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on 4 January 2016
This is a very short read amounting to 100 pages of relatively large print for an almost half-size paperback. In buying it I wasn’t sure what I would gain from it that hadn’t been portrayed in the film, which I really enjoyed, however it IS worth reading. What comes across in the book is a fuller portrait of Miss Shepherd than we see in the film, including a much more graphic account of the squalor in which she lived, something which is alluded to, but never seen in all its filth in the screenplay. There were two or three occasions when I gasped at what I had just read, it was just so revolting that a human being could choose to live in these conditions. What is also more apparent in the book is Bennett’s protectiveness towards Miss Shepherd when she is taunted by those who see her as a source of amusement. This softer side to him wasn’t always demonstrated in the film.

I would say that the film and the book complement each other and that there’s no reason not to treat yourself to both! My one gripe with the book is that for its size it is a VERY expensive read per page – time your purchase for when it’s on offer.
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TOP 500 REVIEWERon 16 November 2008
'The Lady in the Van' is a completely true story. In the 1970's and 1980's outside Alan Bennett's own house in Camden an old lady (Miss Shepherd) lived in a Van in the street. After a time she could no longer stay on the street. Amazingly Bennett allowed her to move her Van into his garden and there she remained until she died.

This is a remarkable story, and its one of the funniest yet moving pieces of writing that I have ever read. Bennett is a marvellous observer of people and his humanity shines through. Miss Shephard's living conditions were frankly disgusting (just think of the smell) and this would be enough to put most people off having any contact with her at all.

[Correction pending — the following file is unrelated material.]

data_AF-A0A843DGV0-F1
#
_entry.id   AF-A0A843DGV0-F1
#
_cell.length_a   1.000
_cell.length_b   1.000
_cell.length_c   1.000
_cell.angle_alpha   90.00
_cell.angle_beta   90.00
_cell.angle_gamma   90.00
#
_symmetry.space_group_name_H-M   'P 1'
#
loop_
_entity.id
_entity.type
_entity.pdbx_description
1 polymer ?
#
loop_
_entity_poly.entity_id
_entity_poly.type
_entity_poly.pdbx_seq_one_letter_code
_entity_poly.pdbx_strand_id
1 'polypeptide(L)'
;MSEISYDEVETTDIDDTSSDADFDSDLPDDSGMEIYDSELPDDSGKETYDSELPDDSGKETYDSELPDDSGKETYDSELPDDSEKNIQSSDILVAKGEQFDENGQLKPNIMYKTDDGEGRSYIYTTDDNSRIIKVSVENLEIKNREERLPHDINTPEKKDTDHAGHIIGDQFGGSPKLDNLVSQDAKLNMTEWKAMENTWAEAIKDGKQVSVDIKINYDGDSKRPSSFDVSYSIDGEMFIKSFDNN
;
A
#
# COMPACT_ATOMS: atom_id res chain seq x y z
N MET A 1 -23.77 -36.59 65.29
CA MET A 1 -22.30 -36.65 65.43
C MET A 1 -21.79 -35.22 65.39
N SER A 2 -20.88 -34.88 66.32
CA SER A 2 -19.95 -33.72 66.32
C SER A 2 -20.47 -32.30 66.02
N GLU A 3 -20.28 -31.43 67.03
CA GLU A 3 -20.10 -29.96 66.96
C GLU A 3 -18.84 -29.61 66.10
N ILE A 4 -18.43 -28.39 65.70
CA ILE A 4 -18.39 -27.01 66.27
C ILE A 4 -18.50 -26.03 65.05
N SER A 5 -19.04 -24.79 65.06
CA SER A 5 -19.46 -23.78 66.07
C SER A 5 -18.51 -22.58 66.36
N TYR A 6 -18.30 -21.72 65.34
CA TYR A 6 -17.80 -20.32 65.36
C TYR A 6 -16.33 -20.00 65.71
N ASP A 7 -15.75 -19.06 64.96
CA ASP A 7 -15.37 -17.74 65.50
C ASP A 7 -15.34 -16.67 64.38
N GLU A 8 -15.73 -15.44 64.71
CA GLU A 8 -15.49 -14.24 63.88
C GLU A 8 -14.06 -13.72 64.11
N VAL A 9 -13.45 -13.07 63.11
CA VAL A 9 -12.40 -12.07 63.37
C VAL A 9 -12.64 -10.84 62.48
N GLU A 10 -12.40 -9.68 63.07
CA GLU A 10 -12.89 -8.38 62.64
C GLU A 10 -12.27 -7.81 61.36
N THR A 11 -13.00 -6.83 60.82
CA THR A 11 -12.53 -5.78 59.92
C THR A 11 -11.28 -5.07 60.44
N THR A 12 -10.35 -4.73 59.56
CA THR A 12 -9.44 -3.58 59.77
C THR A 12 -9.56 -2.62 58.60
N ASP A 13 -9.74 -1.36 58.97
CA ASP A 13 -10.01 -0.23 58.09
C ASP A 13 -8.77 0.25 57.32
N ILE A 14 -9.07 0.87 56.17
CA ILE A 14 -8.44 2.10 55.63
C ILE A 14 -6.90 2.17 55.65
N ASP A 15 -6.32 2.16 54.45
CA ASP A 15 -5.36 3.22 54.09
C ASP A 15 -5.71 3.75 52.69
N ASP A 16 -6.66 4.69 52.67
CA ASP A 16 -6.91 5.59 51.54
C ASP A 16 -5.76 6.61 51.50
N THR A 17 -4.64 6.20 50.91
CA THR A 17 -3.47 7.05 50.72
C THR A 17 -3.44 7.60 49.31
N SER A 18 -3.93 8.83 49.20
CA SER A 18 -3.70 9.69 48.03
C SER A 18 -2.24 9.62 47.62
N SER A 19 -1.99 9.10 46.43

Bennett here has written one of the finest works of moving and poignant non-fiction I know of.
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on 19 July 2009
Miss Shepherd is in many ways a typical Alan Bennett character - often very funny yet sometimes tragic and with an interesting tale to tell. She could easily be one of the characters from his 'Talking Heads' monologues. However, this is a work of non-fiction and she actually did come with her collection of plastic bags to live in her van on his front drive - and stayed for a number of years. Bennett brilliantly manages to convey the delicate balance present in their complex relationship, even when it doesn't show him in the most positive of light. As he puts it: 'One seldom was able to do her a good turn without some thoughts of strangulation.' Don't we all know someone like that?

As the book was created from notes he had made relating to Miss Shepherd in his diary over a number of years, there is not one story running through this book. What emerges, however, is an honest and touching but never sentimental story of a enigmatic character - a real one-of-a-kind.